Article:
Canadian violinist Karen Gomyo has built up a huge fan base over the past few years and it is easy to see why. At 35 she combines an attractive and inclusive stage manner with a wonderful technique – her mellow-toned 1703 Aurora Stradivarius seems like an extension of her body.
So when in the latest of the Sunday afternoon Utzon Series she appeared with Australian pianist Timothy Young in the less intimate setting of the Sydney Opera House Playhouse, the bright intimacy of the Utzon Room may have been sacrificed but nothing else was.
In fact, with nearly twice the seating capacity, there was room for even more fans, including a rather loud baby who was miraculously silenced when the concert started with the sunny outpouring of Antonio Vivaldi’s Sonata for Violin and Continuo in A Major RV31.
In an afternoon of highlights perhaps the most surprising piece was the Soviet-German Alfred Schnittke’s Suite in the Old Style, gleaned from his music for a couple of film scores. The five movements – Pastorale, Ballet, Minuet, Fugue and Pantomime – are mock Mozart at its finest and Schnittke only shows his bleaker dissonant side very briefly at the end of the work.
This is a cracking piece which shows the enormous influence his years in Vienna had on Schnittke. It deserves to be heard more often.
The rest of Gomyo’s programme mirrored her cosmopolitan background. The 35-year-old musician has a Japanese mother and French-Canadian father and was born in Tokyo and raised in Canada before she and her mother moved to New York to attend Juilliard School at the invitation of the legendary teacher Dorothy DeLay.
The Japanese side came out in Takemitsu’s Distance de Fée, although this composer was largely self-taught and idolised Debussy. This spacious and expansive early work shows that influence.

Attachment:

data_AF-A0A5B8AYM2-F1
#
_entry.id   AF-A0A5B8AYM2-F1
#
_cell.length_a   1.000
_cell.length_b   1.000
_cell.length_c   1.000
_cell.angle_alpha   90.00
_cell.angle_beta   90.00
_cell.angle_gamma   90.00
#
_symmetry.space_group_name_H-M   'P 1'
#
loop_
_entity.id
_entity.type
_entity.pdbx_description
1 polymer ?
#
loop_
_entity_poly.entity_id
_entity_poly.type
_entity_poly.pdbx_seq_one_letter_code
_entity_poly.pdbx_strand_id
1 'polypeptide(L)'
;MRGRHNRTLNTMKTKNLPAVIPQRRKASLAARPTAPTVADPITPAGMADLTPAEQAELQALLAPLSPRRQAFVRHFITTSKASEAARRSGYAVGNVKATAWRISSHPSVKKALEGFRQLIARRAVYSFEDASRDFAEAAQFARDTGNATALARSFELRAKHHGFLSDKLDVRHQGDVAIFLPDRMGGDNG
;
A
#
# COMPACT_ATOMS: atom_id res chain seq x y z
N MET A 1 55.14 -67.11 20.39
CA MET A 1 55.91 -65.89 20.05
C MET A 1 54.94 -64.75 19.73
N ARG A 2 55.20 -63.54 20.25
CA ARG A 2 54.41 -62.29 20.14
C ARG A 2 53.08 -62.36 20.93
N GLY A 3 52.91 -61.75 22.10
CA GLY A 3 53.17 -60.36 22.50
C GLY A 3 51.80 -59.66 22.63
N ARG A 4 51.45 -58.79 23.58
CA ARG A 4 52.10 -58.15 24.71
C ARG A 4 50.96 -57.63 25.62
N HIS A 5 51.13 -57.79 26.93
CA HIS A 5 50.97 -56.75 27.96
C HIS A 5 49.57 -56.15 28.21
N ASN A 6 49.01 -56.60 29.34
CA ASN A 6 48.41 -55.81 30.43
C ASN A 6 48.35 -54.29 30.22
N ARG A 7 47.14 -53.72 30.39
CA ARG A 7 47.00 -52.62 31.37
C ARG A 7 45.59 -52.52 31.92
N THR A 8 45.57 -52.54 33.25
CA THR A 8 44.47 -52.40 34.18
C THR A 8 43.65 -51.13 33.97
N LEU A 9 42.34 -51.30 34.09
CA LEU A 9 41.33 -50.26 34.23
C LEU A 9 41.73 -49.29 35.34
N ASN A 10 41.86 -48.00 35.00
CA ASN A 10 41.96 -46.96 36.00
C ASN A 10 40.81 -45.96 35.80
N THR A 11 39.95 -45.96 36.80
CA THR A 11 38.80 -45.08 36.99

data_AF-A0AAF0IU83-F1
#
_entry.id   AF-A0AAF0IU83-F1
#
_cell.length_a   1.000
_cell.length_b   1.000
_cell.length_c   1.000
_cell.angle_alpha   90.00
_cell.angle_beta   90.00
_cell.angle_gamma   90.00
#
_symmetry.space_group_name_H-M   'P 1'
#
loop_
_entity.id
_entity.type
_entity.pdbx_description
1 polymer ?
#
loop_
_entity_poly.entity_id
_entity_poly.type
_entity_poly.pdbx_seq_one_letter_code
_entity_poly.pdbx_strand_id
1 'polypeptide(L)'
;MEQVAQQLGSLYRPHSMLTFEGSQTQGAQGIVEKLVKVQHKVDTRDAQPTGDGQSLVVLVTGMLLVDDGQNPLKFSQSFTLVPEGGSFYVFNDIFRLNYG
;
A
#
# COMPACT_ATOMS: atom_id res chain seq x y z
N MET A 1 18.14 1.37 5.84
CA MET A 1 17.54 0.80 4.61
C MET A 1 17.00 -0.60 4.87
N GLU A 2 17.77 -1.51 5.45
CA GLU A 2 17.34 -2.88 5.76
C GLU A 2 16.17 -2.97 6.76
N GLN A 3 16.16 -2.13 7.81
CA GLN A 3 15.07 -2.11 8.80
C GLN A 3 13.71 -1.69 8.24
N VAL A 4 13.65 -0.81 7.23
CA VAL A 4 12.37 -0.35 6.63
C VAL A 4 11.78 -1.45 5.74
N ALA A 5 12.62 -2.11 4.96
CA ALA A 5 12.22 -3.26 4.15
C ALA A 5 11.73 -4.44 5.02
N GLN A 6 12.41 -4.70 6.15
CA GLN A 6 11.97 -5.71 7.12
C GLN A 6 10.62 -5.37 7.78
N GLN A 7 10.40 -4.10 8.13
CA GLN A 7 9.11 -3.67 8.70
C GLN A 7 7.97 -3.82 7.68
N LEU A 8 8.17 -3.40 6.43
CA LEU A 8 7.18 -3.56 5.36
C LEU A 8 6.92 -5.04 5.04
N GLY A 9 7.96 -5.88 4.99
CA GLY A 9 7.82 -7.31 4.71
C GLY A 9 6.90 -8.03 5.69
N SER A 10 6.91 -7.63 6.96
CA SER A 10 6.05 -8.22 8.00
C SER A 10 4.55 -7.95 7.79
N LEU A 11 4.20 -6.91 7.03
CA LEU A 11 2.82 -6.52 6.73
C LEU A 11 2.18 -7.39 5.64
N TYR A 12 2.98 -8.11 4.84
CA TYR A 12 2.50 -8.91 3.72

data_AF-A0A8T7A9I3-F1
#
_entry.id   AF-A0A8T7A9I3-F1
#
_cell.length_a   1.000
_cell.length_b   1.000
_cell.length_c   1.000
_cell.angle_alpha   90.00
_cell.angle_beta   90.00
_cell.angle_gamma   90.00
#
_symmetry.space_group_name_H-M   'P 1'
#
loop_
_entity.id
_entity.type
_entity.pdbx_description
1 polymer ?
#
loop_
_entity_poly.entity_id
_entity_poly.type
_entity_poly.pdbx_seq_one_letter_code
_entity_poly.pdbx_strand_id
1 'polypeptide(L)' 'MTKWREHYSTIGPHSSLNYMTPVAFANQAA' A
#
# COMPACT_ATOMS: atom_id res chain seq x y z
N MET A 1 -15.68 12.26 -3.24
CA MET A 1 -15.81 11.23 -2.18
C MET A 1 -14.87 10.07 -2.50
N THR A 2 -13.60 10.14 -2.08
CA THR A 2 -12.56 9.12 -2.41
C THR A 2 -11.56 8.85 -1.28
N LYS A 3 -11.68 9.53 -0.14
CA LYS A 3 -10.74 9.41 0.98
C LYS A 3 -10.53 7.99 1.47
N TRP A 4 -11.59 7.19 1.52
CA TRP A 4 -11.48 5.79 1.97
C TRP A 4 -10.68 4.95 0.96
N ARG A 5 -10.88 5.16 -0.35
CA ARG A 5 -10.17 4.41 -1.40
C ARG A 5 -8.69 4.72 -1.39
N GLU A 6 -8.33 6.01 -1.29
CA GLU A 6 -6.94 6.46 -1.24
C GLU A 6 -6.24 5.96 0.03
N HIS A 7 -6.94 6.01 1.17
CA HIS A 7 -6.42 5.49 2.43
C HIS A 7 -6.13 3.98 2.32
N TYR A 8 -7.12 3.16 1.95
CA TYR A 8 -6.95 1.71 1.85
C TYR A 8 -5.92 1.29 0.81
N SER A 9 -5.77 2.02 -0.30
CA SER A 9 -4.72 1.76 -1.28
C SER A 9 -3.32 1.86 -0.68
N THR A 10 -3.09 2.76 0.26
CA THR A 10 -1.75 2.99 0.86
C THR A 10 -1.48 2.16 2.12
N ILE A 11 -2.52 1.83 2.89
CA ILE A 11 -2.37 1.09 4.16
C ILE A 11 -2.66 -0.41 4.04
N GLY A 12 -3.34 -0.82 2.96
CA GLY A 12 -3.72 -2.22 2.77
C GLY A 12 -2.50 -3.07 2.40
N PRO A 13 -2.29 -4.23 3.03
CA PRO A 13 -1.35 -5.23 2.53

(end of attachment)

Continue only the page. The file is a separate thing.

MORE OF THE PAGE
Although there was nothing Canadian or American on the programme, there was plenty of French, a language both verbal and musical which is second nature to Gomyo.
Ravel’s three-movement Sonata demonstrated her emotional command and instinctive use of phrasing. It also showed that Young is among the most sensitive and aware of our current crop of accompanists. The superb chemistry between the pair was a feature of the entire programme, the ever-attentive Young never putting a foot wrong.
Gomyo’s carefully crafted lines with deft bowing shifts, coupled with the almost throaty golden tone of the Stradivarius, were nowhere more apparent than in the opening Allegretto where the violin seems to wrap itself vine-like around the piano part.
The famous bluesy swagger of the second movement was a standout, Gomyo obviously enjoying the sliding and bending notes, while giving the syncopated rhythms of the pizzicato an extra bite.
If the Ravel brought out Gomyo’s ease with the so-called “impressionist” aspects of the 20th-century French school, with Chausson’s Poème for violin and piano both artists were in touch with the romance and eroticism of the 19th-century canon.
Composed for Belgian violin virtuoso Eugène Ysaÿe this 17-minute work shows the instruments as equal partners – both get solo sections – before they meld in the ecstatic finale, with Gomyo dispatching with aplomb the rapid runs up and down the fingerboard.
When this piece came to an end no one wanted to break the silence, until Gomyo gave a smile of satisfaction and the applause broke out.
The running order had been slightly changed to allow the Chausson to lead into the final work on the programme, Pablo de Sarasate’s powerhouse arrangement of excerpts from Bizet’s Carmen. This is like a Formula 1 workout for the violinist’s talents, from devilish double-stopping, bariolage and lightning runs using harmonics.
It was a barnstorming end to a well thought out programme, and as a bonus Gomyo gave us a glimpse of her other musical passion, nuevo tango, with an encore of Astor Piazzolla’s big hit, Oblivion.